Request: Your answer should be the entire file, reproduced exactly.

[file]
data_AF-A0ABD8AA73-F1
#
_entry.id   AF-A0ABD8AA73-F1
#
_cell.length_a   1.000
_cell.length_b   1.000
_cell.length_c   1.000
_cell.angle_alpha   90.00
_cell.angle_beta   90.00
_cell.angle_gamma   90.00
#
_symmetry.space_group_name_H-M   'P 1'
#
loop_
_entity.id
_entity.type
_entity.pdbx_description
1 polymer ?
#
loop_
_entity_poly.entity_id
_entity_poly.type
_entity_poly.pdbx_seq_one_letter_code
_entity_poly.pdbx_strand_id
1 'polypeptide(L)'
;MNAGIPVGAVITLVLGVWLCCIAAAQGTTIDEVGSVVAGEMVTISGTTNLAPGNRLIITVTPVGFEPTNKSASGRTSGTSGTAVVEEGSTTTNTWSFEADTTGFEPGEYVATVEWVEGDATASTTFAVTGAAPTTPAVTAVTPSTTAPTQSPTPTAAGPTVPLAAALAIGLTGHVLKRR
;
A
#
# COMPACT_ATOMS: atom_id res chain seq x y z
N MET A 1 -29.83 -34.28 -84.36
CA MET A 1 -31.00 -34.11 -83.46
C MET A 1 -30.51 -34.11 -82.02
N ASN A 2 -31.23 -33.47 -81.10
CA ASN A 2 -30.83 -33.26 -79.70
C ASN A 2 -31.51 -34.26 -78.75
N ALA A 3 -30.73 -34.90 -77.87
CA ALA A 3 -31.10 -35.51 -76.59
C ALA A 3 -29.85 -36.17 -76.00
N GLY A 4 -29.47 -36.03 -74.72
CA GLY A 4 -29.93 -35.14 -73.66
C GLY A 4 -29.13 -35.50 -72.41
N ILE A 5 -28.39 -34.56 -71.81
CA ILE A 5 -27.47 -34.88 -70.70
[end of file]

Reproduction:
data_AF-A0ABD8AA73-F1
#
_entry.id   AF-A0ABD8AA73-F1
#
_cell.length_a   1.000
_cell.length_b   1.000
_cell.length_c   1.000
_cell.angle_alpha   90.00
_cell.angle_beta   90.00
_cell.angle_gamma   90.00
#
_symmetry.space_group_name_H-M   'P 1'
#
loop_
_entity.id
_entity.type
_entity.pdbx_description
1 polymer ?
#
loop_
_entity_poly.entity_id
_entity_poly.type
_entity_poly.pdbx_seq_one_letter_code
_entity_poly.pdbx_strand_id
1 'polypeptide(L)'
;MNAGIPVGAVITLVLGVWLCCIAAAQGTTIDEVGSVVAGEMVTISGTTNLAPGNRLIITVTPVGFEPTNKSASGRTSGTSGTAVVEEGSTTTNTWSFEADTTGFEPGEYVATVEWVEGDATASTTFAVTGAAPTTPAVTAVTPSTTAPTQSPTPTAAGPTVPLAAALAIGLTGHVLKRR
;
A
#
# COMPACT_ATOMS: atom_id res chain seq x y z
N MET A 1 -29.83 -34.28 -84.36
CA MET A 1 -31.00 -34.11 -83.46
C MET A 1 -30.51 -34.11 -82.02
N ASN A 2 -31.23 -33.47 -81.10
CA ASN A 2 -30.83 -33.26 -79.70
C ASN A 2 -31.51 -34.26 -78.75
N ALA A 3 -30.73 -34.90 -77.87
CA ALA A 3 -31.10 -35.51 -76.59
C ALA A 3 -29.85 -36.17 -76.00
N GLY A 4 -29.47 -36.03 -74.72
CA GLY A 4 -29.93 -35.14 -73.66
C GLY A 4 -29.13 -35.50 -72.41
N ILE A 5 -28.39 -34.56 -71.81
CA ILE A 5 -27.47 -34.88 -70.70